Paul Craig Roberts, Institute for Political Economy
Christ Church in Alexandria, Virginia, was constructed during the years 1765 and 1773. It was designed by James Wren, a relative of Sir Christopher Wren, the most famous English architect. The colonial era, pre-Revolutionary War church, is a national historic landmark.
Christ Church was the church for George Washington and for Robert E. Lee and for other notables of our early history. Robert E. Lee was married to George Washington’s great-granddaughter.
The congregation was proud of the church, its history and simple beauty. In addition to the spiritual dimension, there was the historical one. The Episcopal service was beautiful, and the rector’s sermon was always short. My young son could sit through the service, and the choir and organ were wonderful.
With such fond memories I was astonished to hear from the Senior Warden that Christ Church has decided to remove the “marble memorial plaques to George Washington and Robert Edward Lee in our worship space.” Apparently, our first president’s sin is that he owned Slaves in the 18th century, a common practice at the time when white, Indian, and black slaves were common across the world. Robert E. Lee’s sin is that he “fought for slavery,” a lie that I and Thomas DiLorenzo recently refuted on this website.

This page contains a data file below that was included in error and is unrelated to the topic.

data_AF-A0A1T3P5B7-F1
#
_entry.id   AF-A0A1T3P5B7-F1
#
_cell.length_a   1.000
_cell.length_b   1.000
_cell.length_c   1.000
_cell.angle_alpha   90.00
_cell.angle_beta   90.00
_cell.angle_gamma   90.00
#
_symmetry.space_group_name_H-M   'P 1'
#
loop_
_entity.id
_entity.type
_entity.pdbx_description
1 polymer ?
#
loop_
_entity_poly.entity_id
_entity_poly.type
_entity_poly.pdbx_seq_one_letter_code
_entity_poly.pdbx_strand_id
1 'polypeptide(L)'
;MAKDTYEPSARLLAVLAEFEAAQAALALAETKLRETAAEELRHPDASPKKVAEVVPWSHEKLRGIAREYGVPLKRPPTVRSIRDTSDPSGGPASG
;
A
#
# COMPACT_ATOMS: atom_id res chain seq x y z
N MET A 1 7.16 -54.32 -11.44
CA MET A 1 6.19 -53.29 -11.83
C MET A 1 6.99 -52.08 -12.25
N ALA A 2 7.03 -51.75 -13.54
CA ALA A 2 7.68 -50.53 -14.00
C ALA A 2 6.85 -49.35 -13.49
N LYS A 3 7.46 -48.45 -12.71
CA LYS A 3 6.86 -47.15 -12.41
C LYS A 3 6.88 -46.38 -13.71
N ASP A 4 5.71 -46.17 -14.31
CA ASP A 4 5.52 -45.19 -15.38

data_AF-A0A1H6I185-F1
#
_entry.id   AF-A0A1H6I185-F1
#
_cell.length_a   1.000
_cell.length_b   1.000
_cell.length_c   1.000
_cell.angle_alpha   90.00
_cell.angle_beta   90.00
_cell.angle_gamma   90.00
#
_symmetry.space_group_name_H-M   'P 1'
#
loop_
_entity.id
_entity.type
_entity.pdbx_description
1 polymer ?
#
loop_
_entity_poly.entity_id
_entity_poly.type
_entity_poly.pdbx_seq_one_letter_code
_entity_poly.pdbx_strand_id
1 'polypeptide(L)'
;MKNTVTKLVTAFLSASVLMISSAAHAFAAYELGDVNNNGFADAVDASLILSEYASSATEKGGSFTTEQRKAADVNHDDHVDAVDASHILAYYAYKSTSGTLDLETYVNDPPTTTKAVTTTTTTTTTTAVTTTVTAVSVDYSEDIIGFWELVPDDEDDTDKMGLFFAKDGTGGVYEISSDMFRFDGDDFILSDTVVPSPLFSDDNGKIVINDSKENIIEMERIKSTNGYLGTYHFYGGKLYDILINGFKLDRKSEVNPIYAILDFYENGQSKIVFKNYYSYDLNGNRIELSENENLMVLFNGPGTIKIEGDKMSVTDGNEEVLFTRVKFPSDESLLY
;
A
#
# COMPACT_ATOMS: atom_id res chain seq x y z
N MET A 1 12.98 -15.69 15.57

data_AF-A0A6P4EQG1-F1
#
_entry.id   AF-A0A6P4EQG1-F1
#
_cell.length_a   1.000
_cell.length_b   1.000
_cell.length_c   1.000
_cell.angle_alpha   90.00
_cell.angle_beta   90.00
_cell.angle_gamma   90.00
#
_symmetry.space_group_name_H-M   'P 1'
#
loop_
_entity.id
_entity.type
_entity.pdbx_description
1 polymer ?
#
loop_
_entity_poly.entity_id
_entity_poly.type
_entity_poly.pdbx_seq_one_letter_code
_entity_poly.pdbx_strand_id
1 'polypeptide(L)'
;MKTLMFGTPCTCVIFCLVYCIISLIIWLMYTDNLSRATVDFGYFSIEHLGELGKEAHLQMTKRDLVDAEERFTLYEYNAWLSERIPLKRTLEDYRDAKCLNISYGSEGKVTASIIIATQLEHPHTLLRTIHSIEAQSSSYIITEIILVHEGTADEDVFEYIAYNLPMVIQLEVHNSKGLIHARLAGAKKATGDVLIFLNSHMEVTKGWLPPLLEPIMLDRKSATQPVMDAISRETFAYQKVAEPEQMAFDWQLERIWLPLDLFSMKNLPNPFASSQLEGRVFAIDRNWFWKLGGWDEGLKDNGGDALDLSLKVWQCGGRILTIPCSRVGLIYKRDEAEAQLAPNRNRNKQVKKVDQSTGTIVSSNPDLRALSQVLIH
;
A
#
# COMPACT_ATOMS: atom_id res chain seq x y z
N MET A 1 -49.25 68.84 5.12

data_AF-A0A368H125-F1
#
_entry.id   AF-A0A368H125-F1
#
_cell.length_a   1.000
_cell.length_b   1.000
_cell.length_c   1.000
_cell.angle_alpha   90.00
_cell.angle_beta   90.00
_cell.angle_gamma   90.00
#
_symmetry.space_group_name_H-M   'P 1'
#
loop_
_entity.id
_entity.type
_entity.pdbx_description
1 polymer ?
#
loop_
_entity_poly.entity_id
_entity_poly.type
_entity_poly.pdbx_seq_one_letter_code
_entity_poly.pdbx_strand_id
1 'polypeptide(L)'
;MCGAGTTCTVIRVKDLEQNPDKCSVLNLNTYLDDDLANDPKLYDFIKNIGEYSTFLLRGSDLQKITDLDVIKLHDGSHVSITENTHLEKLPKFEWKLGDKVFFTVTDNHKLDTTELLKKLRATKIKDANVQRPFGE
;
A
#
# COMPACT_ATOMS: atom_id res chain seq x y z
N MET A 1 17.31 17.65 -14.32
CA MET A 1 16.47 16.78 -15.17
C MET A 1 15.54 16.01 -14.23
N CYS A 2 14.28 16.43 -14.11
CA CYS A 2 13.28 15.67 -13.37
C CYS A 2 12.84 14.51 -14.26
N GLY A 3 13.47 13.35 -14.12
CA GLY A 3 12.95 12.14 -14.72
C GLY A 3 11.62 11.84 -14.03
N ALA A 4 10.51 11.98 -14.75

One doesn’t quite know what to make of history being erased like this. Washington and Lee (and there is a university of that name) are probably the two most decent and honorable people the United States has ever produced. But their association with an ancient, by US standards, church, which Washington helped to found, is to be erased.
Being trendy for Christ Church means deep-sixing its own history. The congregation today must be different from the one Joe Fowler, with whom I had breakfast most Sunday mornings, and I knew.
America is disappearing. The country I live in today bears no resemblance to the one into which I was born. Perhaps I should write about what it was like to be an American when America was still present in the world.